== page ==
In Buxton’s book ‘Sketching User Experience’ he talks about the nature of sketches. He says sketches are fast, cheap, plentiful, ambiguous, etc. He also talks about how sketches have their clear vocabulary and distinct gestures. Examples of this vocabulary and gestures would be how lines extend through endpoints and how they are not tight or precise. As designers, we all recognize what these early sketches look like. I think that non-designers also recognize the distinctive look of early sketches.
The attributes of sketching all seem to be inter-related and I would argue that the vocabulary and style of sketching is influenced by the attributes that are central to iterative, explorative nature of sketching, like being fast, cheap, and easy. For example, it is important that sketching is fast, easy, and cheap so that designers can explore their designs in many iterations. So designers draw loose-lined, ambiguous sketches on paper because it is fast, easy, and cheap.
The question is: When (and if) it becomes easier, faster, and cheaper to create representations on a computer, rather than on paper, will the vocabulary and gesture of sketching change?
One could argue that sketching on a computer will never be easier, cheaper, and faster than sketching by hand. Once upon a time people could write faster than they could type, but now most people in our age group type faster than they write. I personally think that the right pc interface for sketching has not been invented (or is too expensive), but when this right interface does come along, people will be able to create simple ‘sketches’ on a computer faster, easier, and cheaper than they can by hand.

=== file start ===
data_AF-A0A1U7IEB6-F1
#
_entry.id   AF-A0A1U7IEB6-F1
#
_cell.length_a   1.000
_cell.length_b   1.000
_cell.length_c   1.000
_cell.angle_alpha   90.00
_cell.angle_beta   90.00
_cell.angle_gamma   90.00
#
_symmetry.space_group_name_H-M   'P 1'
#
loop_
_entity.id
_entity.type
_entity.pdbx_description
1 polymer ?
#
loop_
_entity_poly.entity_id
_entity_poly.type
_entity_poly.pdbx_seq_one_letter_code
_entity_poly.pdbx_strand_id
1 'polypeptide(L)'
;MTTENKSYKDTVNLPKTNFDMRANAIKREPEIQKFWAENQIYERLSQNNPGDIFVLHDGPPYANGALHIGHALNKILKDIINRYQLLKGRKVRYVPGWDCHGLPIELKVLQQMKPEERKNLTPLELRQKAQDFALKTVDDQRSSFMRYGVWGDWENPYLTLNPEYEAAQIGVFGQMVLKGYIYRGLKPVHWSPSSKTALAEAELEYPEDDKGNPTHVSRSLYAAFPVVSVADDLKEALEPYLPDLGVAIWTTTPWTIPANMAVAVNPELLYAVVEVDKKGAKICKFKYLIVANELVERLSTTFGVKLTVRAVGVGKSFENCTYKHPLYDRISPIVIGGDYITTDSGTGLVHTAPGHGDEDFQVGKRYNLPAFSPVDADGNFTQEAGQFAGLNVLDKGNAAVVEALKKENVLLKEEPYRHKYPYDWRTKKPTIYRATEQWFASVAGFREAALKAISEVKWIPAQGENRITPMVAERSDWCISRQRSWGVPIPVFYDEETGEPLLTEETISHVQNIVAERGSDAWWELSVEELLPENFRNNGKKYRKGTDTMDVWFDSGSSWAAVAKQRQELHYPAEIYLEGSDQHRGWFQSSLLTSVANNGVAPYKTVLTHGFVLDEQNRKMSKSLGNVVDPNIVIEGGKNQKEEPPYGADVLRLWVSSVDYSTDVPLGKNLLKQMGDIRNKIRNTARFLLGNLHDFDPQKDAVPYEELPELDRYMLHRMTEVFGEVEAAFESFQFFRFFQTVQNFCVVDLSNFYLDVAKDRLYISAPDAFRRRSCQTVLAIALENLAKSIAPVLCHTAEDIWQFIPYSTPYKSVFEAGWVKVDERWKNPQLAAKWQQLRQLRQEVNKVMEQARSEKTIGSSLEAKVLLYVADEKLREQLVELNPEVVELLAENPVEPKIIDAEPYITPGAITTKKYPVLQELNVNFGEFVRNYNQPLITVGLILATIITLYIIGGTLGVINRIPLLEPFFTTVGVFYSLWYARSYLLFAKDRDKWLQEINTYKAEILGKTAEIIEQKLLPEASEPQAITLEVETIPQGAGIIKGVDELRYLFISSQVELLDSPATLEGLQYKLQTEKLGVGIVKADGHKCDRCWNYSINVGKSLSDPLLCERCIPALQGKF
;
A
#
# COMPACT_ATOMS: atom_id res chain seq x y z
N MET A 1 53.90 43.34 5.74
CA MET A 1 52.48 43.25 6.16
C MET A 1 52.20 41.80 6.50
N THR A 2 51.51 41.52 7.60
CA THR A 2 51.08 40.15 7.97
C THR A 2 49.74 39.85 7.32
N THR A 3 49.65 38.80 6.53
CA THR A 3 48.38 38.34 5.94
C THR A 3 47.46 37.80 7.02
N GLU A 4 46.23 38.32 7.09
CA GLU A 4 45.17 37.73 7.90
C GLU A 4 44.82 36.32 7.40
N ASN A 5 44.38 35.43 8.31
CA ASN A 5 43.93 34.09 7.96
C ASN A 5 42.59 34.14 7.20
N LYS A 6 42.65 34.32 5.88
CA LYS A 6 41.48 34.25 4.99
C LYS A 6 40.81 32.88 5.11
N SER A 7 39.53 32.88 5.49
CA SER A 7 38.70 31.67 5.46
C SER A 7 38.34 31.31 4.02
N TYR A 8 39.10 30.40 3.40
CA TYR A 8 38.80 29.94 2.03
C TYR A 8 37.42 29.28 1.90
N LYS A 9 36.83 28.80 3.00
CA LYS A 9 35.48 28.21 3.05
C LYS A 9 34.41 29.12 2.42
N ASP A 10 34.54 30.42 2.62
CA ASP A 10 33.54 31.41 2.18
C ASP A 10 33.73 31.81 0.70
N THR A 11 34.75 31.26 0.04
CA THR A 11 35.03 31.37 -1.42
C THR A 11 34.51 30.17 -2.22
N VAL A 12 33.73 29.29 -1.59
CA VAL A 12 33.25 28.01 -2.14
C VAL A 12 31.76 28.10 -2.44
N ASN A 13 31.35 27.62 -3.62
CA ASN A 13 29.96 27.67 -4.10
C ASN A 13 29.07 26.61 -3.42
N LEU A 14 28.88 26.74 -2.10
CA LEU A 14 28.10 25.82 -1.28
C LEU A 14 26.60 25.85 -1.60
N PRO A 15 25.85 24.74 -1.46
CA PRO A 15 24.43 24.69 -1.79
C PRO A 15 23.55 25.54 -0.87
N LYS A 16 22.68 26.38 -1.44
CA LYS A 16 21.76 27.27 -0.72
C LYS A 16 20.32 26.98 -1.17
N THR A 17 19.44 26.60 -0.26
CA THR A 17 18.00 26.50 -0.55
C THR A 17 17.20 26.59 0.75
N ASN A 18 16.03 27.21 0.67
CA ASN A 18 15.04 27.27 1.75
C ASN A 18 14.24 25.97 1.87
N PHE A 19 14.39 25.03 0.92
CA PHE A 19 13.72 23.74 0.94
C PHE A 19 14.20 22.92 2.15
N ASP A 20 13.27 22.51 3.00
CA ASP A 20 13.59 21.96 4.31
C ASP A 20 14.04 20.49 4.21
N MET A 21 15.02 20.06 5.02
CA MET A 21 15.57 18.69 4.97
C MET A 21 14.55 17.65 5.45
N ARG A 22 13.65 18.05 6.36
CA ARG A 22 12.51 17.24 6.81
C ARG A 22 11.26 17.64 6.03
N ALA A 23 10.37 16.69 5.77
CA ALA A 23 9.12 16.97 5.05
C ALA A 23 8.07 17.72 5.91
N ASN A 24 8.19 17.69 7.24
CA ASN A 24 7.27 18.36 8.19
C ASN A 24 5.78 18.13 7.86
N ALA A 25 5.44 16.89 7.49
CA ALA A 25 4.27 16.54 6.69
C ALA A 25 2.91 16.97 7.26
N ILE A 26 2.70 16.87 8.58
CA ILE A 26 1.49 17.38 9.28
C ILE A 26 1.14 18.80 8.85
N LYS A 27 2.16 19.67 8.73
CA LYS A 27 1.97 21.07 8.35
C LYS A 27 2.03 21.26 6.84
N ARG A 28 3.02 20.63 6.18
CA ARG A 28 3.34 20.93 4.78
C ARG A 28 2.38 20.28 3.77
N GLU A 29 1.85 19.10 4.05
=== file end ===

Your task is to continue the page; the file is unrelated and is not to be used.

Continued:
And if people begin to sketch on computers, sketching will have a very different look then sketching on paper. Even my quickest illustrator sketch looks much different than a traditional paper sketch. Will people begin to recognize computer generated sketches as true, quick, fast, iterative, plentiful, ambiguous sketches even though they don’t have the loose and over extended lines of their hand-drawn predecessors? If not, would it be beneficial for the computer program begin to fake these? Or will a new vocabulary & gesture of sketching arise, where people recognize a certain style of computer illustration as a ‘sketch’?
[…] Note: This entry was originally written for the interaction culture group blog. The original post (and comments) can be found here. […]
Buxton’s long been a big advocate of hardware/software-based sketching, as you may already know. While he was at Alias, he spearheaded the development of Sketchbook (http://usa.autodesk.com/adsk/servlet/index?id=6848332&siteID=123112) which, when coupled with a TabletPC, comes pretty close to realizing a lot of what you describe, at least for some. In fact, I personally know several proferssional designers (ID and Fashion) who it use almost exclusively, when choice permits. There are shortcomings, but most stem from hardened pre-acquaintance with traditional media (i.e. paper and pencil), rather than inherent deficiencies in the tech itself.
You make a great observation in the inevitability of sketches looking different when executed digtally. Even the most freeform and organic rendering gains something (very good, in fact) from the ability to iterate with Undo or Save As and layers at your disposal.
Ah, I did not know that about Buxton. Very interesting.